To your first question, profits from a profitable innovation should be shared among contributors. As I understand, whole point of this open innovation initiative is to foster collaboration among health researchers. Like in any other industry, there are people whose main motivation was to make money, and whose main motivation was to help people. If some researchers start making money on the foundations of other researchers, I do not think this initiative will be sustainable. Similarly, in healthcare industry, some developers are paid royalty fees even if they do not hold a patent. For manufacturer, the reason behind that is to pay costly development effort to developer and fasten the money making process. If profits are fully allocated the one who did the final touch, there is no incentive left for initial research efforts.
This interesting article represented me 2 challenges about open innovation of commercialization of Hyperloop. First, commercialization of an innovative project might require significant experience in this area. This made me think that whether VHO would be able to get any great ideas. With this hackathon, VHO might not source the right crowd. Second, commercial plans are generally long term plans that should be executed step by step. However, in the case that VHO get the commercialization idea through crowd sourcing, business plans might not be implementable by working executives. Thus, in the short team, I would narrow down the crowd that VHO want to source (we can make it limited to Tesla, SpaceX and Virgin Group maybe). Then, I would also require teams to have some executive experience so that if their business plan is selected for implementation, these employees can quit their current jobs and would join as an executive team to VHO.
I have two different perspectives this interesting article. First, 3D printing might be great for innovation, as it fastens the process of prototyping. However, for mass production, I do not think it should be widely used. Copying has been a big problem for apparel industry as mentioned by Adidas CEO . With improving reverse engineering capabilities and 3D production capabilities, Adidas can be perfectly copied by low cost producers in the markets and with new capabilities, these low cost producers would be able to hit even the quality level of Adidas. Second, even if Adidas wants to invest in 3D printing, cyber security should be their number one priority. Would you imagine that designs of Adidas shoes are stolen and go public? For an sports apparel company, I am not sure whether it makes sense to invest significant amount of money to cyber security.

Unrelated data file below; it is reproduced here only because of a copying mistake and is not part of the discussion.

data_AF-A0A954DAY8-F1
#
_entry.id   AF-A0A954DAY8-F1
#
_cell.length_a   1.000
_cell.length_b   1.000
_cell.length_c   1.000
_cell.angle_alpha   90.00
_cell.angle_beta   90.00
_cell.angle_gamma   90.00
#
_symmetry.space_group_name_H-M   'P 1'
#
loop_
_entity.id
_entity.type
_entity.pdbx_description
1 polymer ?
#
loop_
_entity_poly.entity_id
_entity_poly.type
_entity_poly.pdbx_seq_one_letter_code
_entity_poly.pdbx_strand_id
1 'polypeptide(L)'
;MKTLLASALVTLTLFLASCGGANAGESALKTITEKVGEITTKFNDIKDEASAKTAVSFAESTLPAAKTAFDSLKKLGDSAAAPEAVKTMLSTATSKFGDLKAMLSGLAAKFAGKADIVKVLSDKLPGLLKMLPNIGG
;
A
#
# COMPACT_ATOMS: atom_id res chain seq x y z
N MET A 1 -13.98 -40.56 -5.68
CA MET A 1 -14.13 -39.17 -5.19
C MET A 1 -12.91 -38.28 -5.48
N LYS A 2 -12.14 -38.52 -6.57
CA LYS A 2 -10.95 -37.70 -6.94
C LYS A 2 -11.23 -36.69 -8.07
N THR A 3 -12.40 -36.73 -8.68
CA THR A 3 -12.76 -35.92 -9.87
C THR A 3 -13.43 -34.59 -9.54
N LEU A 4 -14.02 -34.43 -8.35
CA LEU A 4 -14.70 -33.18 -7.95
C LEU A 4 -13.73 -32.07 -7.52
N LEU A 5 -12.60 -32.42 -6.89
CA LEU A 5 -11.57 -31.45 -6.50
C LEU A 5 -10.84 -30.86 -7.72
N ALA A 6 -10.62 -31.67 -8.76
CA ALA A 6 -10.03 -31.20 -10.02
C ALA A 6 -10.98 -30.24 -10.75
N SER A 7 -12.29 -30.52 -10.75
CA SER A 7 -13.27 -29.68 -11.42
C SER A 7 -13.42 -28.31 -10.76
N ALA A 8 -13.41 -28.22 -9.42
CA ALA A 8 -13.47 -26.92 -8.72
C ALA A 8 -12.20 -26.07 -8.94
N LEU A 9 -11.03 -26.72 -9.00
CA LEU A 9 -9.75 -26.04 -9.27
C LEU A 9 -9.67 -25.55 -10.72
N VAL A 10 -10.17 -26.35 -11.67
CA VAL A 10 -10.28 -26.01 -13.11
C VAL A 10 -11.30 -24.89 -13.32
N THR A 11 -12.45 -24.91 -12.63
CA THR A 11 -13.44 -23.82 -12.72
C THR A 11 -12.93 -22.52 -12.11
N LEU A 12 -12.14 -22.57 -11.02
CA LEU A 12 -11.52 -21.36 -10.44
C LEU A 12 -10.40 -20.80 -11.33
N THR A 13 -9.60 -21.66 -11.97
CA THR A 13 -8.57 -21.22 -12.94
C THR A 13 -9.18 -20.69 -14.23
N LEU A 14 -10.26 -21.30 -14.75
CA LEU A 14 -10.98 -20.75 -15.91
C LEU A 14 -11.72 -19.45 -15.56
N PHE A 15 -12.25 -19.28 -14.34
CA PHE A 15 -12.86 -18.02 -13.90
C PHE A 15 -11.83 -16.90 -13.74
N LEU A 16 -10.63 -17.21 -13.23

To your questions, construction can become a consumer DIY market. In many developing countries such as Mexico, Brazil and Turkey, construction is done by families. For example, in Turkey, by 2011, there were around 4 million DIY houses out of 20 million total . Contour should not worry about employment in construction industry at this point. First, set up effort required for the equipment that would be used for a home would create new jobs. Second, construction is one of the most hazardous industry for workers. As reported by occupational safety and health administration, 991 out of 4693 workers killed on job were working in construction industry. That being said, safety benefits of such a development would likely to outweigh unemployment costs. Third, currently job openings outnumbered unemployment . In such an environment, releasing construction workers to do other jobs would even boost the economy.
Based on Huffington Post’s article named “10 Powerful Responses To The Question ‘What is Art'” , art has two distinct pieces: tangible and intangible. Intangible piece reflects personality, imagination and emotions . These characteristics prevent art to get commoditized. To your question about use of machine learning in creating art, as long as algorithms do not develop emotions, only tangible part of art can be drawn from algorithmic composition. Without emotions, personality and imagination, this tangible piece will be a commodity -no different than a barrel of oil- that can be produced by anyone who has access to specific algorithms. Thus, human composers will still be there in future as they need to input their emotions into the tangible piece to create “real art”. My imagination for copyright would be very similar to current world. As long as something can be publicly accessed (such as songs created by algorithms), there will not be any copyright. At the same time, modifications and additions may make this commodity tangible pieces properties of individuals who contributed their personality, imagination and emotions.
I agree that through predictive maintenance, oil companies can generate vast value. However, I would like to bring new perspectives on use of machine learning (ML) at Shell on three dimensions. First, I do not think 100%, as stated by RDS, plant availability is achievable. Platforms have to go through annual or at least bi-annual maintenance and there are some parts that we cannot replace without stopping whole platform. Second, I do not think it is necessarily true that feeding ML algorithm with useful data requires technician training or equipping technicians with ERP linked mobile devices. Even printers at our houses currently can alert us about why it stopped working. I think instead of making the whole algorithm people dependent, I would explore automatic failure reporting systems through sensors. Third, impact of predictive maintenance would be even multiplied if Shell can successfully deploy predictive maintenance to its other assets such as pipelines, refineries and petrochemical plants.